Energy Resilience in Jamaica
Jamaican Businesses Embrace Solar in Business Forum

Jamaica Energy Resilience Alliance (JERA) members

Jamaica Energy Resilience Alliance (JERA) members – Key Representatives from USAID-Jamaica, Cadmus/JERA, Jamaica Hotel and Tourist Association (JHTA), Jamaica Manufacturers and Exporters Association (JMEA), Green Solutions International (GSI) & REDIS.

(L to R) Dr. Wayne Archibald, GSI Executive Director; Junior Bartley, Cadmus/Jamaica Energy Resilience Alliance Junior Energy Expert; Kevin Mills, Participating Installer – REDIS; Robin Russell, JHTA President; Anaitee Mills, Cadmus/JERA Alliance Chair; Mark Stoughton, Cadmus/JERA Program Director; Mark Dennis, Cadmus/JERA Senior Energy Expert; Pamela Foster, USAID-Jamaica Director, Office of Environment and Health; Jannelle James, USAID-Jamaica Project Management Specialist – Energy; Camille Needham, JHTA Executive Director; Tiffany Arnold, Cadmus/Jamaica Energy Resilience Alliance Coordinator; Nicqui Graveney, JMEA Project Coordinator; and Althea Spence, USAID-Jamaica Project Management Specialist.

27 June, 2023 – Kingston, Jamaica

Energy intensive Jamaican businesses can pay electricity bills that account for over ten percent of operating costs. Jamaica has higher energy costs than other areas of the Caribbean, this means higher prices for customers and lower competitiveness in the region. Jamaican businesses also account for about 60 percent of electricity consumption on the island, with the largest share consumed by small and medium sized businesses.

In order to address this, businesses are turning to renewable energy such as solar power. However, despite its potential to reduce operating costs and improve business operations, many Jamaican business owners have been hesitant to make the investment. A few of the constraints they have shared are the difficulties of navigating the market, identifying qualified installers, and accessing financing for a solar energy system.

By self-generating solar energy and storing excess energy in batteries, Jamaican businesses can not only improve their regional competitiveness, but also contribute significantly to Jamaica’s goal of achieving 50 percent energy generation from renewable sources by 2030. As Pamela Foster Director, Office of Environment and Health, noted “distributed renewable energy technologies increase both economic and climate resilience in the energy sector and deliver bottom-line benefits to Jamaican businesses.”

Now, with the support of USAID, a growing number of businesses across Jamaica are recognizing the potential of solar power and battery storage to reduce costs and improve business operations. The increased attention is due in part to the efforts of USAID and the Jamaica Energy Resilience Alliance (JERA), which supports the strengthening of Jamaica’s energy sector by expanding the adoption of distributed solar and battery storage.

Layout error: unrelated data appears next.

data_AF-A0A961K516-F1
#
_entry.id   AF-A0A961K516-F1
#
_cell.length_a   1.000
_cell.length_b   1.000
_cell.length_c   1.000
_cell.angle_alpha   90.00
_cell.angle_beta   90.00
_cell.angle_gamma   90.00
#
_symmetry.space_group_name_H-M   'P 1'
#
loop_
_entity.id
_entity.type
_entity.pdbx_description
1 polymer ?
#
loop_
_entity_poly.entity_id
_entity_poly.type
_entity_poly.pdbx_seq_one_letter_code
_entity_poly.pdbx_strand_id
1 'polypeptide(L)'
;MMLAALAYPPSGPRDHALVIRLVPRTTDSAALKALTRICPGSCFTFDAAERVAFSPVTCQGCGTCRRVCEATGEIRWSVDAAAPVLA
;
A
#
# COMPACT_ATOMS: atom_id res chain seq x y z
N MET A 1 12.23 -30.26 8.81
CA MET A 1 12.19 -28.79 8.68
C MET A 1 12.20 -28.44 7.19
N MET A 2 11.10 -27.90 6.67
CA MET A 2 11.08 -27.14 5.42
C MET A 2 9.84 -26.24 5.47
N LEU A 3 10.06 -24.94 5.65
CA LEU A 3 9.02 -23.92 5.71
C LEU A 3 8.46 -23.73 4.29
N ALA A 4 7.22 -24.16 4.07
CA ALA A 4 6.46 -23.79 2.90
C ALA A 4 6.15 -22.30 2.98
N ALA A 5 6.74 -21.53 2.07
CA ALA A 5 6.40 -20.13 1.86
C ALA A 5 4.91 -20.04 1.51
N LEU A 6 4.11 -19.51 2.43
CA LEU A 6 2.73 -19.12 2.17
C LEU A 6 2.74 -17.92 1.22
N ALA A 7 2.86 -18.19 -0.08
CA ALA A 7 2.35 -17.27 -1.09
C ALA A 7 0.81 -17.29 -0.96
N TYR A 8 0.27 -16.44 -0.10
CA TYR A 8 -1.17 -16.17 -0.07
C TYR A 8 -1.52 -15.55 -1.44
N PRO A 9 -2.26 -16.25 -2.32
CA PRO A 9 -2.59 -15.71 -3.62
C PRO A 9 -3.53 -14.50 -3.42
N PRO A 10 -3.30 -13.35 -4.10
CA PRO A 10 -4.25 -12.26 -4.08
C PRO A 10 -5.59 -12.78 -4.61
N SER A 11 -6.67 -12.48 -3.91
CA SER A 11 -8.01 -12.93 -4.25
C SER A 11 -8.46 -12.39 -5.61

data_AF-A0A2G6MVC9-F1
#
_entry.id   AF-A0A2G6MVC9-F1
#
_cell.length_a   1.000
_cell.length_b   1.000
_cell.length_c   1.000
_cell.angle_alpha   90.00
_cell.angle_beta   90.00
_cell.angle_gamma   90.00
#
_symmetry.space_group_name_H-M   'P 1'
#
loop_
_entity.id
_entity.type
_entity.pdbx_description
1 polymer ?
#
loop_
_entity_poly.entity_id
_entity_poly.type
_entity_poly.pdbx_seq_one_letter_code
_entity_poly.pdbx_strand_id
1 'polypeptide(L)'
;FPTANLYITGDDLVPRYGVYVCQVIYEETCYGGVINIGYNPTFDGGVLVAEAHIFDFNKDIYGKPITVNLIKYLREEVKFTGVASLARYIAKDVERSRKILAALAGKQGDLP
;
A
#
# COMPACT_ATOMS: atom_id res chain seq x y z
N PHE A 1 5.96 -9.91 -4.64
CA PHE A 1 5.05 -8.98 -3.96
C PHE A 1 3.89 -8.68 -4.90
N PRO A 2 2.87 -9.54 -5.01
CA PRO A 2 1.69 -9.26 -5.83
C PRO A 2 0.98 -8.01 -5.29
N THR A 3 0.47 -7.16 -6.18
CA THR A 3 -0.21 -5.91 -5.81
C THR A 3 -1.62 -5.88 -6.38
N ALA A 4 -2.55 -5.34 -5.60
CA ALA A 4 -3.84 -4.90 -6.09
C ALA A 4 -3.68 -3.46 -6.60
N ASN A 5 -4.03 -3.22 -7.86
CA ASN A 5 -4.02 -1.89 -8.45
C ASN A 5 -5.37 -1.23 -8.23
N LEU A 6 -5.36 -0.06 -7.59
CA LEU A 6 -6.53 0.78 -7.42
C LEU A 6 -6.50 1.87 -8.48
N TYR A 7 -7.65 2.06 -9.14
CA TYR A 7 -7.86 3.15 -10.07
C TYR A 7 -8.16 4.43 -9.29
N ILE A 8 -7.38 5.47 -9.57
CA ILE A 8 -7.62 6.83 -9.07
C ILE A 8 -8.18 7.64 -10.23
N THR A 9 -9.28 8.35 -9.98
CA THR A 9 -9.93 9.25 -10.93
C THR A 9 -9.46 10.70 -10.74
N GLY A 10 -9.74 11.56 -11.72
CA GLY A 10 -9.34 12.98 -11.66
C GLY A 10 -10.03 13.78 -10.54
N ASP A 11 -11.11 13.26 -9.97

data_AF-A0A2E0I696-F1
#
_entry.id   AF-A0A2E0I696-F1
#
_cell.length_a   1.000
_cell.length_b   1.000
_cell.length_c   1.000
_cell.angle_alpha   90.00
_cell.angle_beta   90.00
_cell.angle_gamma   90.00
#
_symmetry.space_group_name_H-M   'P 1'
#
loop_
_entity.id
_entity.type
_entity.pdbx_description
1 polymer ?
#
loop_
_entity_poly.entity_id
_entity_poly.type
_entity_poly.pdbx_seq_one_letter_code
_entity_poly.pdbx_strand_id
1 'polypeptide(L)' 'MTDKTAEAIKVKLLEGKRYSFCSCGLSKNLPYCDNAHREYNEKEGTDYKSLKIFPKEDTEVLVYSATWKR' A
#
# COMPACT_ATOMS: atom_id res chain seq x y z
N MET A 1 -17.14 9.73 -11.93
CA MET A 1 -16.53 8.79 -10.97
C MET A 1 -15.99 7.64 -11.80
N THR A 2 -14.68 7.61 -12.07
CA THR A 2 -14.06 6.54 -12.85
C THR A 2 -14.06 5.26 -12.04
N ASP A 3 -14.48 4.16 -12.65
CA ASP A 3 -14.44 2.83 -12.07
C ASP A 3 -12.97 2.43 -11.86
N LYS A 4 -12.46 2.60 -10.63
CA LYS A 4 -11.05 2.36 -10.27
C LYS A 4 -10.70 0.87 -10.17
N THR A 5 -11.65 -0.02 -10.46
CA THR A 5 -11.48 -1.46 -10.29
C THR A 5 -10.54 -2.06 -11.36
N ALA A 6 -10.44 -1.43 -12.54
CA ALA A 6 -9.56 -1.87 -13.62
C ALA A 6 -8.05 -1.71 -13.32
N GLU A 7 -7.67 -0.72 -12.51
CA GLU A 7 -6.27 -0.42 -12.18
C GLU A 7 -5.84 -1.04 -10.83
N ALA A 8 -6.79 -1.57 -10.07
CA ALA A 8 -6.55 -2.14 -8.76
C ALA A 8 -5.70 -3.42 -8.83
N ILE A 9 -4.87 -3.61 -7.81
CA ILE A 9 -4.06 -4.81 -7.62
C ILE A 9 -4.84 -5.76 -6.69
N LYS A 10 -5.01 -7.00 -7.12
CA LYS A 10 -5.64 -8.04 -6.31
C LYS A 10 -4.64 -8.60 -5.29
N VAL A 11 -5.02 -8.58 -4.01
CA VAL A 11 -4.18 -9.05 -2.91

Since 2021, USAID and the Jamaica Energy Resilience Alliance have supported over 20 commercial solar projects and more than 1,500 kilowatts (kW) of contracted capacity through the Strengthening Energy Sector Resilience in Jamaica (SESR-Jamaica) programme.

On June 27, USAID and the Jamaica Energy Resilience Alliance hosted a Solar Business Forum that brought together over 100 industry stakeholders to build relationships and catalyze solar investment. The event was co-hosted by the Jamaica Hotel and Tourist Association (JHTA) and the Jamaica Manufacturers and Exporters Association (JMEA), both members of the Jamaica Energy Resilience Alliance and who together represent hundreds of businesses positioned to benefit from distributed solar and storage. Also present at the event were around 20 solar professionals, 15 financiers, and over 50 businesses with shared goals of delivering reliable products and services, lowering their electricity costs, and reducing their impact on the environment.

Throughout the Solar Business Forum, participants credited the USAID and Jamaica Energy Resilience Alliance programme for encouraging them to take the first step in installing solar, helping navigate the perceived challenges, and offering third-party advice on systems to meet their business needs.

The event’s main panel discussion featured representatives of several Jamaican businesses that have received Jamaica Energy Resilience Alliance Support in going solar, including Upful Villa, Ping’s Distributors, and Jamaica Inn.